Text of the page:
Pilgrimage to sacred spaces is a part of the human tradition.  In the Jewish tradition, Mary and Joseph traveled with Jesus to present him at the Temple in Jerusalem.  Each year "according to custom" their family traveled at Passover to Jerusalem.  On one of these pilgrimages, Jesus remained behind when Mary and Joseph began their return journey to Nazareth.  They returned to Jerusalem where they found Jesus discussing scripture with the elders of the Temple.

In the early days of Christianity, pilgrims traveled to pray at sites connected with the birth, life, crucificion and resurrection of Jesus.  Saint Origen, in the mid-third century, sought traces of Jesus in the places where he lived.  Saint Jeromem traveled to the Holy Land where he translated the Gospels (384 AD) and the Epistles of Saint Paul (385 AD) from Hebrew into Latin.  Saint Helen (250-330 AD), the mother of the first Christian Roman emperor, Constantine, traveled to the Holy Land where she built churches at the sites where Jesus lived, died and was resurrected. 

After the Muslims conquered the Holy Land in the seventh centory, pilgrims began to travel to Rome where Saints Peter and Paul were martyred and to other sites associated with hte martyrdom of the Apostles  and Saints.  The Way of St. James ends at Santiago di Compostela in Spain, the shrine dedicated to the Apostle James.  Chauncer's Canterbury Tales  recounts the travel of English Christian pilgrims on their way to Canterbury Cathedral and the shrine of Thomas Becket.  Until its destruction in 1538, pilgrims from England and all over Europe traveled to the Holy House at Walsingham, including countless royal and noble men and women, as well as ordinary pilgrims, all of whom prayed for a cure or an intercession to Our Lady of Walsingham.  She promised, "Whoever seeks my help at Walsingham will not go away empty handed."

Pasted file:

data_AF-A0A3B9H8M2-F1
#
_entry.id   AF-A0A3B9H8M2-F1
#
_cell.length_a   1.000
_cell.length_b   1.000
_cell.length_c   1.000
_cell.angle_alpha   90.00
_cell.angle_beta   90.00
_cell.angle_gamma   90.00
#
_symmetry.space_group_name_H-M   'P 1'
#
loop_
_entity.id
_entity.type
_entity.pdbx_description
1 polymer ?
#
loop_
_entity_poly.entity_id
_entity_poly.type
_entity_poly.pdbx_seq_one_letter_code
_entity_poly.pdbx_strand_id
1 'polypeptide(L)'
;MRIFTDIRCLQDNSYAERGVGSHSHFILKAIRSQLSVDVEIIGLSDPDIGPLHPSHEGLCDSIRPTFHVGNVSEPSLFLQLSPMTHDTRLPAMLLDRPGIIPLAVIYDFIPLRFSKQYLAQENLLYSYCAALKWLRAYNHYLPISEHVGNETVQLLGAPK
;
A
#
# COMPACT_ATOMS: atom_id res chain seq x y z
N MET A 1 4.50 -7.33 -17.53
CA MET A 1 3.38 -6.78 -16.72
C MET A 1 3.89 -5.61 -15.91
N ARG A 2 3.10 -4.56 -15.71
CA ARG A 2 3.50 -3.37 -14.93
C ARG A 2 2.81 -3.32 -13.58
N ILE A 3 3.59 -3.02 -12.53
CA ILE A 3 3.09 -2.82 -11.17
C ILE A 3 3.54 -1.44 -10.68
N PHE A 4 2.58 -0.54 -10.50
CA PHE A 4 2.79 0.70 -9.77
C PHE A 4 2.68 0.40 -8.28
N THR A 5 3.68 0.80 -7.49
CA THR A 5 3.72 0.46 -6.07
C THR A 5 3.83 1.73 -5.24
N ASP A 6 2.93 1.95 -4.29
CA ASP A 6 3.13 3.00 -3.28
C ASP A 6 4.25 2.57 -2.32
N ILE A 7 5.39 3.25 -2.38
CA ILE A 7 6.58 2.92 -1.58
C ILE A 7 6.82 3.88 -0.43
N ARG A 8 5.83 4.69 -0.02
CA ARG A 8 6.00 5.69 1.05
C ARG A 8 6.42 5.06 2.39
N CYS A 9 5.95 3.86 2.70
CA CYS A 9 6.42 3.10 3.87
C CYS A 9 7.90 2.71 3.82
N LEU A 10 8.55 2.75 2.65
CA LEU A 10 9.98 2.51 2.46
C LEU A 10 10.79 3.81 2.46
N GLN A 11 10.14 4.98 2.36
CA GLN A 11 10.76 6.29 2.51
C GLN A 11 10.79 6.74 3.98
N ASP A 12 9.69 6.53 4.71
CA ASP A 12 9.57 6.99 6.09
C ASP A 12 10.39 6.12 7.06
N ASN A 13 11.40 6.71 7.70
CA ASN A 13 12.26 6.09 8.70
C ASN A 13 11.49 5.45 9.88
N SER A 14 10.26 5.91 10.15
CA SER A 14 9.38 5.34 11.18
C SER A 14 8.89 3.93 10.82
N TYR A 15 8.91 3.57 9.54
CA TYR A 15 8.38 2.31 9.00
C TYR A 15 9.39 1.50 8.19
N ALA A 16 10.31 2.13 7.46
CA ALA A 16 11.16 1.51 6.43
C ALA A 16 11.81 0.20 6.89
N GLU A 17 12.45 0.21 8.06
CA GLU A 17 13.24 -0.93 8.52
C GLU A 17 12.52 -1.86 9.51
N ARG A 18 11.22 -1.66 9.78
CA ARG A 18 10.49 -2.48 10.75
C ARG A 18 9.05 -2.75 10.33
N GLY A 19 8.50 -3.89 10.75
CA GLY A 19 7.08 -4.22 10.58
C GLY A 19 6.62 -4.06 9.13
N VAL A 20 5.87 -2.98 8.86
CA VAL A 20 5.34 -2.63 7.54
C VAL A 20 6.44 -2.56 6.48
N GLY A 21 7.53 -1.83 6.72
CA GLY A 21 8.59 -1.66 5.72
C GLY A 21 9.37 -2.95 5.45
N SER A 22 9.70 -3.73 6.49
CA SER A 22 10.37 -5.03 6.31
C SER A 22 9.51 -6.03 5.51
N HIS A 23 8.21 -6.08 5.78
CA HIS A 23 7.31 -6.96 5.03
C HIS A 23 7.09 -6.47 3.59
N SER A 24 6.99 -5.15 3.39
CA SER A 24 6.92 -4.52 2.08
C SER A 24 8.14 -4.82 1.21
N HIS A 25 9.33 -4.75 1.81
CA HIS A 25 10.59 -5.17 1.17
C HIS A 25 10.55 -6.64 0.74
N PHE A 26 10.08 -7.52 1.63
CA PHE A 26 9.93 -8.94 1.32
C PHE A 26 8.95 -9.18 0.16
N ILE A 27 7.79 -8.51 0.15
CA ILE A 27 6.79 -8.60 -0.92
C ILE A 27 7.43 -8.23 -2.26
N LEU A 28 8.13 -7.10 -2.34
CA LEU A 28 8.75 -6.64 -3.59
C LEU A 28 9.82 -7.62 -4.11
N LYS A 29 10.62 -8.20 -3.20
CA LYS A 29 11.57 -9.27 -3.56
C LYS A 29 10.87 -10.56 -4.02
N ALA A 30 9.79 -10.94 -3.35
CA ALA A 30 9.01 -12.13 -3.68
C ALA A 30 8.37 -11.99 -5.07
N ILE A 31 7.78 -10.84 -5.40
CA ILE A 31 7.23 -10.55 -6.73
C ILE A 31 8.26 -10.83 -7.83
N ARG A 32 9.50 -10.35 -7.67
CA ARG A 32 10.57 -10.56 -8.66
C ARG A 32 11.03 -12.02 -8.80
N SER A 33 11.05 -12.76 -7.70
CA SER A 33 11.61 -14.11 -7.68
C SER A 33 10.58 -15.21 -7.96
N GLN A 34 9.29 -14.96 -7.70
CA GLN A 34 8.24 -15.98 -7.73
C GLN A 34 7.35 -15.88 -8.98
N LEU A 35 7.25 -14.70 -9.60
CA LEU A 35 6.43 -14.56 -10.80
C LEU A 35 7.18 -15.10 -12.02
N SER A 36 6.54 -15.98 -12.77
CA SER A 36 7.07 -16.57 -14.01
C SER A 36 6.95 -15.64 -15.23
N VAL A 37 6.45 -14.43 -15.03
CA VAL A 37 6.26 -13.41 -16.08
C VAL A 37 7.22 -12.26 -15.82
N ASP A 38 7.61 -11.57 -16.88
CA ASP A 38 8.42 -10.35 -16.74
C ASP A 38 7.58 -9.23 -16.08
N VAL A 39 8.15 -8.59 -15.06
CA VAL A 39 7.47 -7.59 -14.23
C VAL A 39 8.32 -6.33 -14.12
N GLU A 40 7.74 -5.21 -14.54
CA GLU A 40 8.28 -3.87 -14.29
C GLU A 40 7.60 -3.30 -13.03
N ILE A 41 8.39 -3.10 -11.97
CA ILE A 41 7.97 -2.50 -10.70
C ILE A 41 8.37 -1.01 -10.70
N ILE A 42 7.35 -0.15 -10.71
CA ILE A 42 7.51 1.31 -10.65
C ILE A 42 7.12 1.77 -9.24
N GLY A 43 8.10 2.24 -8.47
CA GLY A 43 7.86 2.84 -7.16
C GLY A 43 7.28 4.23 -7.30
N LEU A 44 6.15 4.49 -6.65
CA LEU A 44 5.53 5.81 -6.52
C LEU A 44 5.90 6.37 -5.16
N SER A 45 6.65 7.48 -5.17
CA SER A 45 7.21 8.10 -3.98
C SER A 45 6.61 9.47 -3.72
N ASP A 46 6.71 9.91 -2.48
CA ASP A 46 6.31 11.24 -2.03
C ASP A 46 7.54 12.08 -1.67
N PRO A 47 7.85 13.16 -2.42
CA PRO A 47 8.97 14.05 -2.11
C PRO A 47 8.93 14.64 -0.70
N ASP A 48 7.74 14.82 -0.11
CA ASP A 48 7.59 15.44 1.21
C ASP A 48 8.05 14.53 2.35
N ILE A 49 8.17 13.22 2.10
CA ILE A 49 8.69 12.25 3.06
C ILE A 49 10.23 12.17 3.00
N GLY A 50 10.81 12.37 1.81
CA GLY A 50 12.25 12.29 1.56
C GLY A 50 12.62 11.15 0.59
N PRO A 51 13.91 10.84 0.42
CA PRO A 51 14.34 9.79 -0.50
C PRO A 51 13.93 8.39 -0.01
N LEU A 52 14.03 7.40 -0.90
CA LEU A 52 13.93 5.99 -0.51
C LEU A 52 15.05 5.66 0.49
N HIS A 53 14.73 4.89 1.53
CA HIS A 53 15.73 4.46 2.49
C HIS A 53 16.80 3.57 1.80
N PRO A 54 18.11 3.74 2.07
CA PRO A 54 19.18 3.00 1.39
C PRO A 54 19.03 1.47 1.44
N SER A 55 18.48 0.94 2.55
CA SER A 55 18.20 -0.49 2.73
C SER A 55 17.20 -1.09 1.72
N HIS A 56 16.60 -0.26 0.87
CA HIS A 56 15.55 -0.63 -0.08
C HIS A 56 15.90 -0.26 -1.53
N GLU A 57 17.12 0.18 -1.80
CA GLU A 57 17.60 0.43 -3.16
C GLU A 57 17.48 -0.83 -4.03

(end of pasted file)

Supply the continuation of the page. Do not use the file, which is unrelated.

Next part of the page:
Pilgrimage is a journey in relationship to God.  Prayer is part of that journey which brings us into the mystery of an awareness of God.  This journey opens our hearts and leads us to seek God in those around us - our families, our neighbors, our community, and indeed the whole human race.  The journey to God takes us into loving service of others. 

Mary waited for the Lord; she opened herself and gave herself to him.  Then, one day, God came to her.  Mary's encounter with God invites each of us to prayer and preparation for our encounter with him, so that when he appears, at a moment we least expect, we will share in the joy and peace which Mary knew when she said "Yes" to God.

We invite you to make prayer and pilgrimage to the Shrine of Our Lady of Walsingham a part of your spiritual journey to God.